The Loropetalum is a rather new species of shrub for us first coming to the United States in 1989 when some were sent to The U.S. National Arboretum from the Nihonkaki Nursery in Japan. Soon after many varieties were being imported. Around 2000 or so they started to become widely used for landscaping, you probably have some in your yard now. Their new growth comes out a blush to burgundy color depending on the variety, flowering profusely in spring with occasional blooms throughout the summer. They haven’t been used much for bonsai yet, so some of us wanting to work with them can be the first. I have been experimenting with them for a few years now, finding out how much they can or can’t take. I have killed a few but had great success with some also. I haven’t had much luck with the newer dwarf varieties. I had one in my personal collection for 6 years before I was talked out of it, yea sometimes money does talk.

 PRUNING... They don’t like to be drastically cut back. From stock, on their first initial hard pruning I remove one half to two thirds of foliage leaving some foliage on each branch. After two to three months I cut back further for better taper and to promote more branching. Their leaves are alternate and branches naturally grow in horizontal layers. Keep older leaves pruned off.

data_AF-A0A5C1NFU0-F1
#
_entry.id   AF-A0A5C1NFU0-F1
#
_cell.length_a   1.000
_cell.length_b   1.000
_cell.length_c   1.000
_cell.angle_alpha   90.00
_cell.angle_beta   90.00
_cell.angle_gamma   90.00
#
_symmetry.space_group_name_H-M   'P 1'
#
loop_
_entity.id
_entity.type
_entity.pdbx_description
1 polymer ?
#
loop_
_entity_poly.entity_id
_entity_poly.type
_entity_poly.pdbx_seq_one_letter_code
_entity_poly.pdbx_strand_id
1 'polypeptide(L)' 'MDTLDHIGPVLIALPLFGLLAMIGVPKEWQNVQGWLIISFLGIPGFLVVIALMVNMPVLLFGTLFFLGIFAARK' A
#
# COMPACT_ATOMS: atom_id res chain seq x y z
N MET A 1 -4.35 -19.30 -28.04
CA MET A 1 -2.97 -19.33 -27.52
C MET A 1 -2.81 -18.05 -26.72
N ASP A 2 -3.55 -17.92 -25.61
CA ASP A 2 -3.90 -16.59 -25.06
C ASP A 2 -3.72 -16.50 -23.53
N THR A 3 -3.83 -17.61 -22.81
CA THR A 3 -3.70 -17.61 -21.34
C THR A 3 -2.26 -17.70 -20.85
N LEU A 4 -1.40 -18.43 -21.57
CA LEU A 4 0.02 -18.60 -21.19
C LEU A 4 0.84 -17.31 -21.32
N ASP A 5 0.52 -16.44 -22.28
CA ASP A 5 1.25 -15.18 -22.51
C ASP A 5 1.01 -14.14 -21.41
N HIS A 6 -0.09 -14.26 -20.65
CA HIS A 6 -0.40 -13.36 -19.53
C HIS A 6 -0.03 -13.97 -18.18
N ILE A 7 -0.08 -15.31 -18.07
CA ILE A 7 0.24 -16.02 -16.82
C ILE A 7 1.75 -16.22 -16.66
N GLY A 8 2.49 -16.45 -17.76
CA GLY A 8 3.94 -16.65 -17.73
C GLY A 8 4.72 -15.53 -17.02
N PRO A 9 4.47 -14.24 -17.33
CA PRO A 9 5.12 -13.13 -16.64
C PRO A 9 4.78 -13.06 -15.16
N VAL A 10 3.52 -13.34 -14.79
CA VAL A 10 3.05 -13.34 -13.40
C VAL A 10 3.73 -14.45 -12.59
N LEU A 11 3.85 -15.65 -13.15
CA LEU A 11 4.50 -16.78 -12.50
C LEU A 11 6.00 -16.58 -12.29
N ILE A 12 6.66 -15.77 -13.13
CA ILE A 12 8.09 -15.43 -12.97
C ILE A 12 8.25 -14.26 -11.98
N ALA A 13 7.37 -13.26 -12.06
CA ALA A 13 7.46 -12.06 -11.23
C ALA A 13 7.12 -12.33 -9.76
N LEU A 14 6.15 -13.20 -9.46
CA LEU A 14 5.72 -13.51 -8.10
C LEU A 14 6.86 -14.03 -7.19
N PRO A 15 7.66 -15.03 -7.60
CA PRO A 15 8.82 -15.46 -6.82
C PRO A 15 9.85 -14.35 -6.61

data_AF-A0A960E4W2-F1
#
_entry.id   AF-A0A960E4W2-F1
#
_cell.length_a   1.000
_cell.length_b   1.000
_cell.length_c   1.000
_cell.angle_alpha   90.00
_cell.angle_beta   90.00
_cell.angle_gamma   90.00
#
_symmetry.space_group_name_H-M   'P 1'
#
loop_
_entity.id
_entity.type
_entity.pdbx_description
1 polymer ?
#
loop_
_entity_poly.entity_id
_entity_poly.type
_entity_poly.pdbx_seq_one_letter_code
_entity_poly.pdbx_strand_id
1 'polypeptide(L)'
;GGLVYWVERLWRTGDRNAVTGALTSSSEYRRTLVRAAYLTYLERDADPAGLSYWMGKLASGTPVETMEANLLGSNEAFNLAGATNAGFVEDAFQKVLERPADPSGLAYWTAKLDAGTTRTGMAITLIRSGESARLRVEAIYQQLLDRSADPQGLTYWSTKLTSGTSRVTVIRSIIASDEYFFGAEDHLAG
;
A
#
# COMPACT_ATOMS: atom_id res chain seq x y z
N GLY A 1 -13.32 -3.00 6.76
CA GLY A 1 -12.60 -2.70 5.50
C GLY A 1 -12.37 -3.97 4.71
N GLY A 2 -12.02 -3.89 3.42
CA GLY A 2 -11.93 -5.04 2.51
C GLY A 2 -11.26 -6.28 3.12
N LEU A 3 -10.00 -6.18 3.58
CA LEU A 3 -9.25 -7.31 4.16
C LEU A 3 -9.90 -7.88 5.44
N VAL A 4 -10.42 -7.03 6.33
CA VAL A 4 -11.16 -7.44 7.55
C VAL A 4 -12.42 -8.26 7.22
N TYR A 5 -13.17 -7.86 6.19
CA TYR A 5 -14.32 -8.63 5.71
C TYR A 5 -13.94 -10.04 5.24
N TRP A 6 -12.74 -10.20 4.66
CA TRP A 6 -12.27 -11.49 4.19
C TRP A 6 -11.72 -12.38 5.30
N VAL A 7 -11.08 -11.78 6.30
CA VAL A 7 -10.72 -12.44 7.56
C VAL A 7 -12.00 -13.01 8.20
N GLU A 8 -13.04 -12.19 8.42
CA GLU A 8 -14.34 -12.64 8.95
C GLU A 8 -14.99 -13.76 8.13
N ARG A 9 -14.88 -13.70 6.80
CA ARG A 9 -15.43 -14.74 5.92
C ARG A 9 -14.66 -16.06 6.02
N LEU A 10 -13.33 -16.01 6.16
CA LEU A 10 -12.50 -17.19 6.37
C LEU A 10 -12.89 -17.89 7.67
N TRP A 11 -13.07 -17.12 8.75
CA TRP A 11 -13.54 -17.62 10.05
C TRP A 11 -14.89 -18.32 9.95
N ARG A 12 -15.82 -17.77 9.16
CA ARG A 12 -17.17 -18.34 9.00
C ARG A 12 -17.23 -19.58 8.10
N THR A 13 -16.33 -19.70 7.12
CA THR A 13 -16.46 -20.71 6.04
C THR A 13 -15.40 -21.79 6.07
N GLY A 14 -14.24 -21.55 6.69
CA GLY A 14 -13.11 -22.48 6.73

TRAINING... Branches are quite flexible, even the older branches can be bent some. They have thin bark so wire rather loosely and watch for wire scaring. Best trained more into an upright natural silhouette style than single pads for better showing of flowers. Leaves reduce quite readily.

 WATERING... They don’t like wet feet, let them dry down some between being watered. Rather fast growers though so keep up with them.

 LIGHT... Full sun for best leaf color, flowers and ramification.

 FLOWERS... Flower on new wood. Can be force bloomed by cutting whole tree back by a third, will set buds in about three weeks.

 Loropetalum chinese var. rubrum has pink, fuschia or red flowers depending on variety.

 Loropetalum chinese has white to yellowish flowers.

 INSECT/DISEASE... I haven’t experienced any problems with them in pots, but I did notice one in the yard got twig borers this year.

 REPOT... Spring through summer. Best not to root-prune hard the first time. Be selective to only remove the oldest roots while leaving as many feeder roots as possible. Gently wash some soil away, but not completely. They prefer an acidic soil, so add 20% more sifted pine bark to your soil. PH of 5.1-5.5 Tree will show chlorosis if soil is not acidic enough.

 FERTILIZING... Somewhat heavy feeders, feed with Azalea/Camellia food. Start feeding after spring bloom and throughout growing season to maintain optimal health.

 SEASONAL... Cold hardy

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